Final Presidential Debate Draws 56.5M

Rash Report: Could Be Too Many Joe Six-Packs Were Watching Baseball

By Published on .

MINNEAPOLIS ( -- Maybe some of the Joe Plumbers were watching the ballgame. Or maybe, after months of political coverage, the electrified electorate needed a break. But the third presidential debate was watched by about 11% fewer Americans than watched the "town hall" format the week before. The 56.5 million represented 8% more than the first Friday-night debate, but still paled in comparison to the Palin-Biden vice presidential debate, which drew 69.9 million.
The 56.5 million represented 8% more than the first Friday-night debate.
The 56.5 million represented 8% more than the first Friday-night debate. Credit: AP

It couldn't have been the moderator that moderated the ratings, as CBS's Bob Schieffer did what PBS's Jim Lehrer and NBC's Tom Brokaw couldn't do: get the two senators to talk to each other. But despite the job well done, Schieffer's successor, lead anchor Katie Couric, couldn't resurrect ratings the same way she has her reputation after her seminal interview with Alaska governor and vice presidential candidate Sarah Palin. CBS finished third in Debate Analysis ratings with a 2.2/5 rating and share in the ad-centric adult 18-49 demographic. ABC was second in the half-hour with a 2.5/6, while NBC won the Debate Analysis vote with a 3.1/8.

Sports offer distraction
As for nonpolitical programming, with the traditional big three taking two hours for the debate and analysis of who might best lead the nation, Fox focused on who might best lead the National League. Game Five of the National League Championship Series saw the Philadelphia Phillies beat the Los Angeles Dodgers to win the pennant and advance to the World Series. The game scored a 2.6/7, which was even with this year's previous prime-time NLCS games but twice last year's TBS telecast of a Colorado clincher over Arizona.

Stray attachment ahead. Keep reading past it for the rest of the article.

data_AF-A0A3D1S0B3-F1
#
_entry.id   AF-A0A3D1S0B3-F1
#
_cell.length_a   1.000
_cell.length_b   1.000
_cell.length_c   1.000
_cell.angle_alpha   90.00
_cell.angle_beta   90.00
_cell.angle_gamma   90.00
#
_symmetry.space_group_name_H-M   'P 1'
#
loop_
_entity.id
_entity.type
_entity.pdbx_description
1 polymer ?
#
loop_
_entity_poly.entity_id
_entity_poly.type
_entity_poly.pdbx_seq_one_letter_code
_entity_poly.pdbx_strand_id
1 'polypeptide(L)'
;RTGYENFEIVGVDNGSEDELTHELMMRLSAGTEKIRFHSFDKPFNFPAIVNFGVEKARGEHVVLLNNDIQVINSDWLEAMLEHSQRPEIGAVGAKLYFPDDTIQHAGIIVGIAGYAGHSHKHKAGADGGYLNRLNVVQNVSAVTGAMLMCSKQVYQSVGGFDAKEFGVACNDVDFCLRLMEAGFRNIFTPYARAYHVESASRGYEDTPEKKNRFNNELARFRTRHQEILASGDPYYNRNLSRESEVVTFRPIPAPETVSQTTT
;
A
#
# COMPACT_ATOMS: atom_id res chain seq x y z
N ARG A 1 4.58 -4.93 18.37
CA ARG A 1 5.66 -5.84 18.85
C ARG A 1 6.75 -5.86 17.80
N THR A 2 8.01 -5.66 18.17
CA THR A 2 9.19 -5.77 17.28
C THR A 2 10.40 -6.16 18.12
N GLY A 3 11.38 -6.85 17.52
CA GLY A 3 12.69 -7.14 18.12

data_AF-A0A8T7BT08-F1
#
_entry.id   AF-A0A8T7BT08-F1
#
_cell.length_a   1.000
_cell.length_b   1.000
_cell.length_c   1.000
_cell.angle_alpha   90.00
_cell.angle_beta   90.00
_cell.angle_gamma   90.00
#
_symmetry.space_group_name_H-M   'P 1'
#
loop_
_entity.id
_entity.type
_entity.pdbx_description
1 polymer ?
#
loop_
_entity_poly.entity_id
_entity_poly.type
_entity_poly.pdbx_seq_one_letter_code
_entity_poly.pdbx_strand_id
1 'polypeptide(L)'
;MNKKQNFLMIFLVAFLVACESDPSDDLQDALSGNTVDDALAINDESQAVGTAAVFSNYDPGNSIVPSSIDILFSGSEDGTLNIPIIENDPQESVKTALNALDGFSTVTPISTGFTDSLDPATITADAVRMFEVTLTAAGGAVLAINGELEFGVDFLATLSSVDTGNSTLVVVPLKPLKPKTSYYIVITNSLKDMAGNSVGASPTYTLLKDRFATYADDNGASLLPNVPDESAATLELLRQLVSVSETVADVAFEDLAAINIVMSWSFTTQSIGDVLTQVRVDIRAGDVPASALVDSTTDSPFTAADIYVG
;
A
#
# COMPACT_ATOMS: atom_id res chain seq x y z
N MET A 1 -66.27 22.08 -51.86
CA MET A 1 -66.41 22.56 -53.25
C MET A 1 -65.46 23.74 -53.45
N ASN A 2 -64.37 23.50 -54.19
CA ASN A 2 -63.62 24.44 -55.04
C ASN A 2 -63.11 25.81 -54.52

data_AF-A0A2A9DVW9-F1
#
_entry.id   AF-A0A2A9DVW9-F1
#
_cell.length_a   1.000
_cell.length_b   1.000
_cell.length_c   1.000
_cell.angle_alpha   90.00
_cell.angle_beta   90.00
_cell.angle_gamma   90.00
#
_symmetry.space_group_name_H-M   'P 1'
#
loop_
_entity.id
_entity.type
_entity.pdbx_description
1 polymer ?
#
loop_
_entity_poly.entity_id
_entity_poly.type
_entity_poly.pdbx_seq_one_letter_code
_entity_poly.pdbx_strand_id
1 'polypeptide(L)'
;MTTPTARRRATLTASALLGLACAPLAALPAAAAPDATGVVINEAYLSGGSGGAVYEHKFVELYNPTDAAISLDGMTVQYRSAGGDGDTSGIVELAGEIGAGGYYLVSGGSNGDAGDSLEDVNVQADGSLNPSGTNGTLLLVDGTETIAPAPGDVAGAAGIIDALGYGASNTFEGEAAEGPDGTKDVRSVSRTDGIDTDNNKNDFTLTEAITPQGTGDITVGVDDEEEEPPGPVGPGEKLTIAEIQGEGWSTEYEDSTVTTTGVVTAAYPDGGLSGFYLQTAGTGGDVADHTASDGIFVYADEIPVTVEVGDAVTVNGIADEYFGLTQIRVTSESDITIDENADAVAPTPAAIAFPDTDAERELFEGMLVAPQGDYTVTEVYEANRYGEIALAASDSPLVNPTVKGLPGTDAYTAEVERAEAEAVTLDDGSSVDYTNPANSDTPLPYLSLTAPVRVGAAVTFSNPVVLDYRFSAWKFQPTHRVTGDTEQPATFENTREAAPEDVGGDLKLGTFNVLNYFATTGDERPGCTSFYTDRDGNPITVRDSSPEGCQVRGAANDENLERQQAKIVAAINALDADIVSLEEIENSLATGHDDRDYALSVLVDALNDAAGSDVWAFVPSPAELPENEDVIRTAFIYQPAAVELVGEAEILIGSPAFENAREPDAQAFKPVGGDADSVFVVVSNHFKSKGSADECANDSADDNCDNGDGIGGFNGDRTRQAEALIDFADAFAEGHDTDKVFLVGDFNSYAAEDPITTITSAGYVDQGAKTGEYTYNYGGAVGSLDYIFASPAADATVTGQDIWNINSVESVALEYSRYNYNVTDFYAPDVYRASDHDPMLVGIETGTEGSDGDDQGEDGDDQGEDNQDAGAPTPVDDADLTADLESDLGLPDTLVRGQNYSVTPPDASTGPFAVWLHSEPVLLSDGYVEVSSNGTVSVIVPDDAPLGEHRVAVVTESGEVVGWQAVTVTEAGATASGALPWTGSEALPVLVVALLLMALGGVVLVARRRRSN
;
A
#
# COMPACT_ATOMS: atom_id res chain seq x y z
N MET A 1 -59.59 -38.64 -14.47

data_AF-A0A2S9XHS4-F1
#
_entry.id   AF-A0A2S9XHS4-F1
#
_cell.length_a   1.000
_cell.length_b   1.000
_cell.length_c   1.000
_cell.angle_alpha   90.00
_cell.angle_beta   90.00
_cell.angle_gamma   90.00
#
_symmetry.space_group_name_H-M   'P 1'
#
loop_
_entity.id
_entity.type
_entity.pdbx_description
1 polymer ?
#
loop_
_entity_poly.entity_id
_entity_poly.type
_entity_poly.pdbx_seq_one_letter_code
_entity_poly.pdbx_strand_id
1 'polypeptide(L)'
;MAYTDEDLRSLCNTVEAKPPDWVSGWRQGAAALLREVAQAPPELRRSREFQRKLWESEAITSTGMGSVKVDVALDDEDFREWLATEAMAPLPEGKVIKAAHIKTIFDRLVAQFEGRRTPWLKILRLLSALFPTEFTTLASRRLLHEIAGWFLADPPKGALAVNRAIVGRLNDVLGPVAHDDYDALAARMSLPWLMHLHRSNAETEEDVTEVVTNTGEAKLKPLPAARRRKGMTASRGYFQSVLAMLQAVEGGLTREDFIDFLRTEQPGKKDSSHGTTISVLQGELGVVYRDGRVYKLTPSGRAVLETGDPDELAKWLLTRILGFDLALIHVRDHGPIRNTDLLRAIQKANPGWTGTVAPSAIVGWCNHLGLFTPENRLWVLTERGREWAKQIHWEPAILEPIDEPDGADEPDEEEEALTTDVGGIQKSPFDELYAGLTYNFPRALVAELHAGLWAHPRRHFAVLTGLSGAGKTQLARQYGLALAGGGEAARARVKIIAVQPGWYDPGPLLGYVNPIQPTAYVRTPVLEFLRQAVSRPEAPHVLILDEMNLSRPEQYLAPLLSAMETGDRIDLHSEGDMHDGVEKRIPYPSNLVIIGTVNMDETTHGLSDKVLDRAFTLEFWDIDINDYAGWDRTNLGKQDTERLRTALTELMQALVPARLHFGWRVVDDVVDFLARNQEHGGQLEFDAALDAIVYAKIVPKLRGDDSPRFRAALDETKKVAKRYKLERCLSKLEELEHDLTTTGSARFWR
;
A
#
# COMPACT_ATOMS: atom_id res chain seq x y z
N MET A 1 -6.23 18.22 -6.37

This left only the first hour for entertainment programming (the CW ran on a platform of "America's Next Top Model," which was down 21% from its season average to a 1.5/4 and a rerun of "90210," which lost nearly half of its "Model" lead-in as it notched a .8/2).

And like the presidential polls themselves, the ratings race seems unchanged, as NBC's "Knight Rider" (2.3/6), CBS's "The New Adventures of Old Christine" (2.2/6) and "Gary Unmarried" (2.3/6) and ABC's "Pushing Daisies" (1.9/5) were all near their season averages.

Because the presidential debates are commercial-free (except for Joe's Plumbing, that is), adult 18-49 ratings aren't immediately available. So a clear nightly Nielsen winner cannot be discerned.

'Plumber' in the spotlight
But that's OK. It was Joe's night anyway. Which is probably good. Because he's not having a good day, since the press pressured him for more of his political perspectives, and in the process The New York Times (among others) found out his real name is Samuel J. Wurzelbacher (doesn't quite have the same ring as "Joe," does it?) and he is not only not a licensed plumber, but he had never served an apprenticeship.

And, of yeah, his tax questions, which made Joe the Plumber, along with Bob the Moderator and John and Barack the Senators, the fourth character in last night's debate? It seems Joe might have more pressing concerns than the Obama tax plan and how it would impact his efforts to buy his own plumbing business. Public records indicate he is subject to a personal tax lien of $1,000.

"I'm kind of like Britney Spears having a headache," he told the Associated Press. "Everybody wants to know about it."

Next time, he'll probably watch the ballgame, too.

Thursday: Actually, there is one more debate, as the candidates -- and no doubt the moderator -- are mocked on the Thursday spin-off of NBC's "Saturday Night Live," starting at 9:30 p.m.
Friday: All the politics may make you want to escape to a desert island. But be careful what you wish for, lest you end up like the title character in NBC's "Crusoe," which debuts at 8 p.m.

Will the election fatigue that dampened debate delivery for the real thing on Wednesday also impact the fake debate on Thursday?

~ ~ ~
NOTE: All ratings based on adults 18-49. A share is a percentage of adults 18-49 who have their TV sets on at a given time. A rating is a percentage of all adults 18-49, whether or not their sets are turned on. For example, a 1.0 rating is 1% of the total U.S. adults 18-49 population with TVs. Ratings quoted in this column are based on live-plus-same-day unless otherwise noted. (Many ad deals have been negotiated on the basis of commercial-minute, live-plus-three-days viewing.)

John Rash is senior VP-director of media analysis for Campbell Mithun, Minneapolis . For more, see
Most Popular
In this article: